The “Other” Essential Skill You Should be Consciously Cultivating in Your Daily Practice

Your sound. The sound you imagine and create on your instrument is the defining element of who you are as a musical artist. I’ve yet to encounter a serious musician who doesn’t consciously  dedicate a certain amount of time daily exclusively  to the exploration and cultivation of their sound. A beautiful sound is perhaps the  […]

Teaching and Learning Music: Being Mindful of Metaphors

Whenever I give a first Alexander Technique lesson to a musician, it is not uncommon that certain misconceptions about playing music come to light. It is ofttimes  an anatomic and/or physiologic misconception specific to the physical demands of playing the particular instrument. It can also be a misconception about the acoustical principles involved with the […]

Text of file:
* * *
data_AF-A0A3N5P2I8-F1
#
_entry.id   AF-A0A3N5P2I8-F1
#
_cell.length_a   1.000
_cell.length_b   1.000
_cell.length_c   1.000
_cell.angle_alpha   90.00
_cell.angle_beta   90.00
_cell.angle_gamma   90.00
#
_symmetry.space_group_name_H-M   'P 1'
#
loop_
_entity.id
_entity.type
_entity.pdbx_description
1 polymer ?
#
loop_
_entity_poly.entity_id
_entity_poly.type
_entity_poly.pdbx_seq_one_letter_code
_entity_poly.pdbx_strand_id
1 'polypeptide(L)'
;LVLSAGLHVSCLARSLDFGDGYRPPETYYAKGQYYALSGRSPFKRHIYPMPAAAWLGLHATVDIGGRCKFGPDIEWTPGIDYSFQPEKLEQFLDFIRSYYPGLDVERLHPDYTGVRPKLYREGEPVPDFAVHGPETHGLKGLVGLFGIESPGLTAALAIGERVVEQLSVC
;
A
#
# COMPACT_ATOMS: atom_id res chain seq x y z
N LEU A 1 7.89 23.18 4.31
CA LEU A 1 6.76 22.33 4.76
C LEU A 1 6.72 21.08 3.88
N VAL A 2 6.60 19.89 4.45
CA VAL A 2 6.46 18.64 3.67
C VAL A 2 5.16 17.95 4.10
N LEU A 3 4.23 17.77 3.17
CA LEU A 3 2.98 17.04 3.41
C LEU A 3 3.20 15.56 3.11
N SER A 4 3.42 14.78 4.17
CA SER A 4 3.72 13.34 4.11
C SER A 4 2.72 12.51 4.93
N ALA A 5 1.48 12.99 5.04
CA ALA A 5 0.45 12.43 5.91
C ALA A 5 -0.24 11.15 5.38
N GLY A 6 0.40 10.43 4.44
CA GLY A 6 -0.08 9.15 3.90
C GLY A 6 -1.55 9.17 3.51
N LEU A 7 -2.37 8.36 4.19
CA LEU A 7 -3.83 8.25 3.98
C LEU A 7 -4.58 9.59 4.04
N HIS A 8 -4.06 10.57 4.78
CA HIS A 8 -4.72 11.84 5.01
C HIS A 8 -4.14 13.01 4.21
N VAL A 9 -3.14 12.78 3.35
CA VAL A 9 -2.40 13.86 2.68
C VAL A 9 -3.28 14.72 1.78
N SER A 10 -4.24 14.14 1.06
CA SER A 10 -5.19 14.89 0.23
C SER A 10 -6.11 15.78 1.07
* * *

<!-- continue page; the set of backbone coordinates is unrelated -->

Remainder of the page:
Improvising Music Is…

…a beautiful human phenomenon. It is as equally complex as it is immediately expressive and natural. I’ve been seriously studying improvisation for over 40 years, and consider the process of improvisation to be one of the greatest blessings of my life. As a musician, I see myself as an improviser first and foremost, and secondarily […]

Tone, Imagination and Skill

After several Skype consultations in the past few weeks with various wind instrumentalists, I’m reminded again about a pervasive misconception that many musicians who work conscientiously on growing and improving their sound tend to cling to. (I’m thinking most specifically about wind and string players, but this applies to any instrumentalist.) Put simply, improving and cultivating […]

Improvising, in Contrast to “Practicing Improvisation”

The other night while giving a practice coaching session via Skype to a very good jazz guitarist, an interesting issue arose. Though he had been putting in long hours of practice, diligently and intelligently working on the specific skills he would like to develop as an improviser, he found his actual experience  whenever improvising oddly […]